While Quechuas Backpackers is certainly the pick of the bunch, it lacks a hostel atmosphere. The only common areas are the small check-in area, a computer nook under the stairs, and a dining room (and as there is no kitchen access this is only really used for breakfast.)
On the upside, Quechuas had a rare perk — a small gym! Really it’s just three workout machines crammed in a nook, but I was thrilled. Also, they had the best hostel breakfast I had in Peru. In addition to the usual bread, butter, jam, and tea, they had fresh fruit and yogurt, and ham, cheese and avocado. Major score!
Contact: Jr. Santiago Giraldo Nro 177, Puno / (51) 352194
Amenities: Daily breakfast, wifi and computer use, small gym
Pros: Good location, impressive breakfast, ability to work out
Cons: No area for socializing, lacks charm
Room tip: Ask for a room on a lower floor to avoid schlepping up and down the stairs
Price: Eight bed ensuite dorms are $10, six bed ensuite female dorms are $10, four bed ensuite dorms are $11. Private rooms with ensuite bathrooms from $25.
Book Here: Quechuas Backpackers
For my second hostel stay in Lima, I knew I wanted something more lively than my original choice — Ekeko hostel. I was traveling with a group of guys and it was their final weekend, so they wanted to party! On my first stop in Lima I admired the central location of the three Flying Dog hostels scattered around Kennedy Park in Miraflores, so we decided to give one a try.
We consulted the Flying Dog website to determine the differences between the three, and based on their description of the “Hostel B&B” (as opposed to the “Hostel” and “Hostel Backpackers” — are you confused yet?) as the “place to party,” we booked in. Unfortunately for the three nights we stayed there, the bar was as empty as it is in these photos. There was a great all-you-can-drink deal for 40 soles (about $14USD) which the boys certainly took advantage of, but it wasn’t the social atmosphere we were looking for.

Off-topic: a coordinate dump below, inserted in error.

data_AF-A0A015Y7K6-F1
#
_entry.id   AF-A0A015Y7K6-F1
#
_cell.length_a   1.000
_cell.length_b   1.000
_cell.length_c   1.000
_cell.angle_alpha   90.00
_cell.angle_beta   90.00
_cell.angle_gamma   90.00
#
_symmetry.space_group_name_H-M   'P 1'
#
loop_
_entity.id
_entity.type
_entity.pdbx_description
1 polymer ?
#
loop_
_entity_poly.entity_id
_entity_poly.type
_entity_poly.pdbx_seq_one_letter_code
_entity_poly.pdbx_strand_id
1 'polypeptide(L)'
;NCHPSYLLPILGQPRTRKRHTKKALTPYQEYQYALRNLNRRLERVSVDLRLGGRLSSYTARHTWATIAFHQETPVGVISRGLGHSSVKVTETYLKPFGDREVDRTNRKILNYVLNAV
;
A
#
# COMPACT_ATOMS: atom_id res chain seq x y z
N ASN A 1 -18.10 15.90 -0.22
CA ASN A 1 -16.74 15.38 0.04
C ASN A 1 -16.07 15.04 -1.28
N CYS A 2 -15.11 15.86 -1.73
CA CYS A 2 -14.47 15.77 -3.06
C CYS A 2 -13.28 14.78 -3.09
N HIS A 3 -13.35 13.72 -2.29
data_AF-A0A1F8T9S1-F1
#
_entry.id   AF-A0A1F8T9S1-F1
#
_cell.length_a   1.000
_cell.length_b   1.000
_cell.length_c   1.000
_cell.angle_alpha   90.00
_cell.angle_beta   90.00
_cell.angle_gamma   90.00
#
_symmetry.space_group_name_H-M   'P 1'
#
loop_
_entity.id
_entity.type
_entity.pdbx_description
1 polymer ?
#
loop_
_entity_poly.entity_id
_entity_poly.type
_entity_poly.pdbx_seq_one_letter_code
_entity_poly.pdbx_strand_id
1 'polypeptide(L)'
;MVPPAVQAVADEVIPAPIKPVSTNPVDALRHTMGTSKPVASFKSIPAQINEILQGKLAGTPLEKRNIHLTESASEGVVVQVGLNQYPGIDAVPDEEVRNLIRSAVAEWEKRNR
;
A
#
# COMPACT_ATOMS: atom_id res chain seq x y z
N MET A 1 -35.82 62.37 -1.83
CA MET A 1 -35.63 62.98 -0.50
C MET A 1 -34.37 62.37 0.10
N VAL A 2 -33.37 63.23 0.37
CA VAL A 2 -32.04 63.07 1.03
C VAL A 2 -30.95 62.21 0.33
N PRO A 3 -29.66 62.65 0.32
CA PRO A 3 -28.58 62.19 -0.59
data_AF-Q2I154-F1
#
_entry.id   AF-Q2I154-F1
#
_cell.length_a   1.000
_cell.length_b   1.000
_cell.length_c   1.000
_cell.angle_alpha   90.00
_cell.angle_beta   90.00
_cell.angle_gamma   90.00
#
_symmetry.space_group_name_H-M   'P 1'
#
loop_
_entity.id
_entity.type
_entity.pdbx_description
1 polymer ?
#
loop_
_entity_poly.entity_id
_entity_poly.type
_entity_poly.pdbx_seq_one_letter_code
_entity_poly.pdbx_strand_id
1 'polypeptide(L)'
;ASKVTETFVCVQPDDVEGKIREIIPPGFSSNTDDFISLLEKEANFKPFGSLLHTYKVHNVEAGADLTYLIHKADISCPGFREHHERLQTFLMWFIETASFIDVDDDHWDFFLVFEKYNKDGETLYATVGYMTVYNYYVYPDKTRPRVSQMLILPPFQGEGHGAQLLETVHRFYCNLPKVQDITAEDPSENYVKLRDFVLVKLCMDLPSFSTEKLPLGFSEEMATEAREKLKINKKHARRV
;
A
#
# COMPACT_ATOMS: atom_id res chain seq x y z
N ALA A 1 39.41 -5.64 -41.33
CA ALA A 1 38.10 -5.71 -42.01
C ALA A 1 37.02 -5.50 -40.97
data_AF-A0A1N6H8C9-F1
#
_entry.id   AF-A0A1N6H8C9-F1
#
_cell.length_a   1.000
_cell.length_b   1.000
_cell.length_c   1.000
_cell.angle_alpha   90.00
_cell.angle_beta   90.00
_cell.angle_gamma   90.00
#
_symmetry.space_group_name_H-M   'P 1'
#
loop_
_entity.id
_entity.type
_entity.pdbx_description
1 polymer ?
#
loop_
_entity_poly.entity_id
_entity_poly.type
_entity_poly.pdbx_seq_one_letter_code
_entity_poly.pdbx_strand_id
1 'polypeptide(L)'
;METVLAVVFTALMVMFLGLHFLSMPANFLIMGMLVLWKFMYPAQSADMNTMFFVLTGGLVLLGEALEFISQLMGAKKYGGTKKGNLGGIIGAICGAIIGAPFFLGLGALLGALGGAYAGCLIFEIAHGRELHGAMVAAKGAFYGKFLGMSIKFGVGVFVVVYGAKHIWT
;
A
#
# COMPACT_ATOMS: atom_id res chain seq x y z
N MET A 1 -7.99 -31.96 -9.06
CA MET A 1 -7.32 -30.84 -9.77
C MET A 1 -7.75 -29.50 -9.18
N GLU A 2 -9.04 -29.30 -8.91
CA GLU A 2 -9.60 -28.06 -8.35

We might have just chalked it up to low season had we not checked out the other two hostels and found them bustling and full of life and energy! There is nothing wrong with this particular Flying Dog outpost — but they need to label it more correctly on their website, because a party place it is not.
Contact: Calle Lima 457, Parque Kennedy, Miraflores / (51) 444 5753
Amenities: Full kitchen, daily breakfast, bar, wifi and computer use
Pros: Great location, good wifi, nice movie-watching lounge area
Cons: Not a “party place” as billed, not very social
Price: Dorms are $12, private double rooms with shared bath are $29, private double rooms with private bath are $38, private triple rooms are $42 and private quadruple rooms are $52.
Book Here: Flying Dog
Stay tuned for reviews of hostels in Huanchaco and Mancora!
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This post was made possible by Hostelworld and the generous hospitality of Quechuas Backpackers and Flying Dog. I personally arranged and paid for my spontaneous stay at Wild Rover’s. The content of my reviews was not influenced in any way by these partnerships — as always, you have my honesty above all else.